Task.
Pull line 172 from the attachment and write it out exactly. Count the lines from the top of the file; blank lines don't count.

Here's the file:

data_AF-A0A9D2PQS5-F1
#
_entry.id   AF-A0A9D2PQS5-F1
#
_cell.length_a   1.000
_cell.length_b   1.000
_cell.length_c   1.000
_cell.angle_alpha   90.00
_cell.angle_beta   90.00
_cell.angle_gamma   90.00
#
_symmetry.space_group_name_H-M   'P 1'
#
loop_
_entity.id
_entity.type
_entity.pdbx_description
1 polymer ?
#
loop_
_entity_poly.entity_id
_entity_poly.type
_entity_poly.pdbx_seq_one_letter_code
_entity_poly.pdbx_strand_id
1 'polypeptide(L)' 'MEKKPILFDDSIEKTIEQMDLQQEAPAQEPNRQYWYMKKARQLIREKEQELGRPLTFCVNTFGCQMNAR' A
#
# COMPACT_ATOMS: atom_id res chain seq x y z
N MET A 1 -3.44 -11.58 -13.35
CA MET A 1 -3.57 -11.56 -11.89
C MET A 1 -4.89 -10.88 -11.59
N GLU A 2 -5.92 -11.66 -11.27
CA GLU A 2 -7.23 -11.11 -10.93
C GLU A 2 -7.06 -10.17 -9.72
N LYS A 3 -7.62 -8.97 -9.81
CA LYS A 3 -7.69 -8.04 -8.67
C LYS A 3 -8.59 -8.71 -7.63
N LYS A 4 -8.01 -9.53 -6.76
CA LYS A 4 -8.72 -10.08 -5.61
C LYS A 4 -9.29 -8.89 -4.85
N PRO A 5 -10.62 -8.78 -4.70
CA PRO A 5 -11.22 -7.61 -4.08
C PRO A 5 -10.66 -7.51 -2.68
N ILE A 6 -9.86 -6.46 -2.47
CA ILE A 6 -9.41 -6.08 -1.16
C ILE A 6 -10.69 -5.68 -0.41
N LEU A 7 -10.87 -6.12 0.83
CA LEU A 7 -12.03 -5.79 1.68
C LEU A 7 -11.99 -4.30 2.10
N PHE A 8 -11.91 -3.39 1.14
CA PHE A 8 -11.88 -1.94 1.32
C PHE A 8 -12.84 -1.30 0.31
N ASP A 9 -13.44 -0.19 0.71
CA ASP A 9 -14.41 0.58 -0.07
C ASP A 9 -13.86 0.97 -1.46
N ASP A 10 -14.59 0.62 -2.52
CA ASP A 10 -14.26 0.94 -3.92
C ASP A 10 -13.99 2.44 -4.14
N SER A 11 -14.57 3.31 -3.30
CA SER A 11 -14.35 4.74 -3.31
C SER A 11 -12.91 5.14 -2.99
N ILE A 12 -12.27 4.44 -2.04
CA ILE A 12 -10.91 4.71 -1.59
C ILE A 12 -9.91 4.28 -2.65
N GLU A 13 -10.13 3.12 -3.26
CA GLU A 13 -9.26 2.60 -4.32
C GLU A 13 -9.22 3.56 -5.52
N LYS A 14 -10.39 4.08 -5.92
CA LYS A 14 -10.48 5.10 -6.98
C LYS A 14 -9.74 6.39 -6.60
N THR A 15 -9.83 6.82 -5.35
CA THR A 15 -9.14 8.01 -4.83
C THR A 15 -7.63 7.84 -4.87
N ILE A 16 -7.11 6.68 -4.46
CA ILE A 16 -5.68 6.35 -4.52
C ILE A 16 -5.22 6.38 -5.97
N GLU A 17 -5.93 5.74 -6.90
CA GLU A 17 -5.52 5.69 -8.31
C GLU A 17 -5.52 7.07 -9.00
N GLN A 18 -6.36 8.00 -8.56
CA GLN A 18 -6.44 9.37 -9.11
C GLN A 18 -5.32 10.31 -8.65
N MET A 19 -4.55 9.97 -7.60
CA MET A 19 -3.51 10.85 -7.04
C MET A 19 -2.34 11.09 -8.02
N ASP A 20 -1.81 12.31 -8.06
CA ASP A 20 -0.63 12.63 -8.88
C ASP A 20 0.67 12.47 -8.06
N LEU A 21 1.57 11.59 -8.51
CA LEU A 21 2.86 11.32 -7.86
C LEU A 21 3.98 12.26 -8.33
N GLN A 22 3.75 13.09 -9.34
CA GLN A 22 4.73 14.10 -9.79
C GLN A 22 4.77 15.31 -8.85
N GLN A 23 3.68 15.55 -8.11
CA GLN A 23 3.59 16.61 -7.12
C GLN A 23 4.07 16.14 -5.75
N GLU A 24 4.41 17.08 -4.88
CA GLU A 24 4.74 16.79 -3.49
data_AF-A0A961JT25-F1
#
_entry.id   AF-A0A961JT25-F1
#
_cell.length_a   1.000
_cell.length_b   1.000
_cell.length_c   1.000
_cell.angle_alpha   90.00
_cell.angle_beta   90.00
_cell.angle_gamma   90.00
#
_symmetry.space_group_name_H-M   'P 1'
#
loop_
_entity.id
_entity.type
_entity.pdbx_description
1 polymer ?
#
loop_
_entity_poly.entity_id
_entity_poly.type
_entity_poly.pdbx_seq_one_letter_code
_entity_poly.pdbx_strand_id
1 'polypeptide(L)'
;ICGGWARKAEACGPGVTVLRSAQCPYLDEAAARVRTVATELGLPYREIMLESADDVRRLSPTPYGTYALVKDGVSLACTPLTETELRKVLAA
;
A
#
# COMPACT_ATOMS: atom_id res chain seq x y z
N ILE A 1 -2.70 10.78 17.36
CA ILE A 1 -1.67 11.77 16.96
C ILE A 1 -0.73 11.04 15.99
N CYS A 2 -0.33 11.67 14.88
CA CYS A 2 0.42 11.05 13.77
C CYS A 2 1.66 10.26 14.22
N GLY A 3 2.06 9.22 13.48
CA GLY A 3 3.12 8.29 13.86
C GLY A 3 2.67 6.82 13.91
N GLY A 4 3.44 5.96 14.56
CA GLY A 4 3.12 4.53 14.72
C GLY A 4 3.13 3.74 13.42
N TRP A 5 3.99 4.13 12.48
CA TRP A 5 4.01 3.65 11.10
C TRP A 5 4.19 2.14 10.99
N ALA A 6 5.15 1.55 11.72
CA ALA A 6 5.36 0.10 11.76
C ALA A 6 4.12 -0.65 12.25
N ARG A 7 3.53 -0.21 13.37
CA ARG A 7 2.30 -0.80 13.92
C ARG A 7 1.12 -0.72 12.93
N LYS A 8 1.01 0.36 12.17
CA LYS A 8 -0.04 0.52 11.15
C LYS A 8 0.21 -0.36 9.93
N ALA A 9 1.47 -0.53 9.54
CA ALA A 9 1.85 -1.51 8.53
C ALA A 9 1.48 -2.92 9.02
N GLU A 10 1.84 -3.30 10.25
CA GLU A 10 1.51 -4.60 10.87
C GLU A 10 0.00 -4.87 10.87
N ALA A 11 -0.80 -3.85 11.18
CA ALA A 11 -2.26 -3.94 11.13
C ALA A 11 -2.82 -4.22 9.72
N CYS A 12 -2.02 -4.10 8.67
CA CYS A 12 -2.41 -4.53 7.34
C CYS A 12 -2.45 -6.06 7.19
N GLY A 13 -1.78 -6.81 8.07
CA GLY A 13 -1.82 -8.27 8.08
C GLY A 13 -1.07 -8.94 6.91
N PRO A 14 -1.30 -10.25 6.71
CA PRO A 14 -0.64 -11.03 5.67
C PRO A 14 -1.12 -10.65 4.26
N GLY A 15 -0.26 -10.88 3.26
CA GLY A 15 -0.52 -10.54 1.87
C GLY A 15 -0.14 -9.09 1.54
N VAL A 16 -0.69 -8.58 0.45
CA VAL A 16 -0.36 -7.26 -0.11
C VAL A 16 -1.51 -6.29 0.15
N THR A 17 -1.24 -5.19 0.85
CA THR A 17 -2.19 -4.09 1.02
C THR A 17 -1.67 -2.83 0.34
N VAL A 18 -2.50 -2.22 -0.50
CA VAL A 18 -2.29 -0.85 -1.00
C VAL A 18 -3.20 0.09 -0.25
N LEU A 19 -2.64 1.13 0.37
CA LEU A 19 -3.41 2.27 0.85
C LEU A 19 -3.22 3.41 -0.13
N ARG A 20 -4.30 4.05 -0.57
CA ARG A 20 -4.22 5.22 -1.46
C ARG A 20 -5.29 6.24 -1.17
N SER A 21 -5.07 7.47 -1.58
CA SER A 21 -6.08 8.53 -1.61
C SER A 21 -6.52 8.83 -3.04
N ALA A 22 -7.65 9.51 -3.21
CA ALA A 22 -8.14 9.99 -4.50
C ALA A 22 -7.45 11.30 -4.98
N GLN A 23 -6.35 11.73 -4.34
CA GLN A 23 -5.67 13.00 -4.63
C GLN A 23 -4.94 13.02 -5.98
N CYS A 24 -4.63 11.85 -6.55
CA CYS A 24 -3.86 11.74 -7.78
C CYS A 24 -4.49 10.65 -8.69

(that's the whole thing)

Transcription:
CA GLY A 15 -0.52 -10.54 1.87